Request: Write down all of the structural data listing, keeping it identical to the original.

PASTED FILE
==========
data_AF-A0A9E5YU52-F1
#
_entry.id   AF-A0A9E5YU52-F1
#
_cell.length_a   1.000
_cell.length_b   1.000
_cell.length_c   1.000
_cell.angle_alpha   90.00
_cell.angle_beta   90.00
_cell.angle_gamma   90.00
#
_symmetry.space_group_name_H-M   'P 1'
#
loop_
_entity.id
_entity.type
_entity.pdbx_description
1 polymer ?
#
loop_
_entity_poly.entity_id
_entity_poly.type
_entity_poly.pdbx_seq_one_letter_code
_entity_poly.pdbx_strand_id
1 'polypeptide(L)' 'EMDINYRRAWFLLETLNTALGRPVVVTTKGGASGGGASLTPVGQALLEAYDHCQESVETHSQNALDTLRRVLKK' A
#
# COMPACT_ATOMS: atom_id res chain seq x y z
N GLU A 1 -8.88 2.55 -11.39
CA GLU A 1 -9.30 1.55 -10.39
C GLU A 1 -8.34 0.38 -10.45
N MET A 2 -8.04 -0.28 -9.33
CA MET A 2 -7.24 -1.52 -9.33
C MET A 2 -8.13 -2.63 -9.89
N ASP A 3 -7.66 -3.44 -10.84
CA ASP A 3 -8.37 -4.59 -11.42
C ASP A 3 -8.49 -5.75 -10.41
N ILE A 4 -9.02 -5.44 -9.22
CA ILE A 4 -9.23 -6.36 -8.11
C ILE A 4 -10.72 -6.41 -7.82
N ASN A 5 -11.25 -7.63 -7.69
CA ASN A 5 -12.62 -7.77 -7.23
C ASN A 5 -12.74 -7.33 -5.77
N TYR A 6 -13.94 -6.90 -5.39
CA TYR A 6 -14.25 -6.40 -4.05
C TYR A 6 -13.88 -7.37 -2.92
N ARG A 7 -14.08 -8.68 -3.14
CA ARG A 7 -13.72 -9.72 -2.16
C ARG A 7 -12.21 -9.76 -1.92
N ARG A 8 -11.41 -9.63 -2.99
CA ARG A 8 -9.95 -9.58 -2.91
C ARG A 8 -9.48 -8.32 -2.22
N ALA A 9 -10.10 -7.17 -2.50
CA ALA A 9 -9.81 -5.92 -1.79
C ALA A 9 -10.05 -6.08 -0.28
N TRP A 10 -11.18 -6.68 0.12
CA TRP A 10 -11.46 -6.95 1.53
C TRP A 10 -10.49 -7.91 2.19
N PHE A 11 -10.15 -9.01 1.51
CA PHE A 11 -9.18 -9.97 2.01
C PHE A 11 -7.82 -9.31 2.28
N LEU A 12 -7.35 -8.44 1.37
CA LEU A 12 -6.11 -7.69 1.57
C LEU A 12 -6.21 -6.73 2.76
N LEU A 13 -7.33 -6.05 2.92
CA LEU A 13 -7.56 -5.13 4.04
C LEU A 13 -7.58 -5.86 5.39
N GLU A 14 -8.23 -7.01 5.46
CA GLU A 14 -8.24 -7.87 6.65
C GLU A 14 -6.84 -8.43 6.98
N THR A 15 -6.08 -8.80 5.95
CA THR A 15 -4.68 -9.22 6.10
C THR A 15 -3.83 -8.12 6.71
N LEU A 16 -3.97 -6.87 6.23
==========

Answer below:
data_AF-A0A9E5YU52-F1
#
_entry.id   AF-A0A9E5YU52-F1
#
_cell.length_a   1.000
_cell.length_b   1.000
_cell.length_c   1.000
_cell.angle_alpha   90.00
_cell.angle_beta   90.00
_cell.angle_gamma   90.00
#
_symmetry.space_group_name_H-M   'P 1'
#
loop_
_entity.id
_entity.type
_entity.pdbx_description
1 polymer ?
#
loop_
_entity_poly.entity_id
_entity_poly.type
_entity_poly.pdbx_seq_one_letter_code
_entity_poly.pdbx_strand_id
1 'polypeptide(L)' 'EMDINYRRAWFLLETLNTALGRPVVVTTKGGASGGGASLTPVGQALLEAYDHCQESVETHSQNALDTLRRVLKK' A
#
# COMPACT_ATOMS: atom_id res chain seq x y z
N GLU A 1 -8.88 2.55 -11.39
CA GLU A 1 -9.30 1.55 -10.39
C GLU A 1 -8.34 0.38 -10.45
N MET A 2 -8.04 -0.28 -9.33
CA MET A 2 -7.24 -1.52 -9.33
C MET A 2 -8.13 -2.63 -9.89
N ASP A 3 -7.66 -3.44 -10.84
CA ASP A 3 -8.37 -4.59 -11.42
C ASP A 3 -8.49 -5.75 -10.41
N ILE A 4 -9.02 -5.44 -9.22
CA ILE A 4 -9.23 -6.36 -8.11
C ILE A 4 -10.72 -6.41 -7.82
N ASN A 5 -11.25 -7.63 -7.69
CA ASN A 5 -12.62 -7.77 -7.23
C ASN A 5 -12.74 -7.33 -5.77
N TYR A 6 -13.94 -6.90 -5.39
CA TYR A 6 -14.25 -6.40 -4.05
C TYR A 6 -13.88 -7.37 -2.92
N ARG A 7 -14.08 -8.68 -3.14
CA ARG A 7 -13.72 -9.72 -2.16
C ARG A 7 -12.21 -9.76 -1.92
N ARG A 8 -11.41 -9.63 -2.99
CA ARG A 8 -9.95 -9.58 -2.91
C ARG A 8 -9.48 -8.32 -2.22
N ALA A 9 -10.10 -7.17 -2.50
CA ALA A 9 -9.81 -5.92 -1.79
C ALA A 9 -10.05 -6.08 -0.28
N TRP A 10 -11.18 -6.68 0.12
CA TRP A 10 -11.46 -6.95 1.53
C TRP A 10 -10.49 -7.91 2.19
N PHE A 11 -10.15 -9.01 1.51
CA PHE A 11 -9.18 -9.97 2.01
C PHE A 11 -7.82 -9.31 2.28
N LEU A 12 -7.35 -8.44 1.37
CA LEU A 12 -6.11 -7.69 1.57
C LEU A 12 -6.21 -6.73 2.76
N LEU A 13 -7.33 -6.05 2.92
CA LEU A 13 -7.56 -5.13 4.04
C LEU A 13 -7.58 -5.86 5.39
N GLU A 14 -8.23 -7.01 5.46
CA GLU A 14 -8.24 -7.87 6.65
C GLU A 14 -6.84 -8.43 6.98
N THR A 15 -6.08 -8.80 5.95
CA THR A 15 -4.68 -9.22 6.10
C THR A 15 -3.83 -8.12 6.71
N LEU A 16 -3.97 -6.87 6.23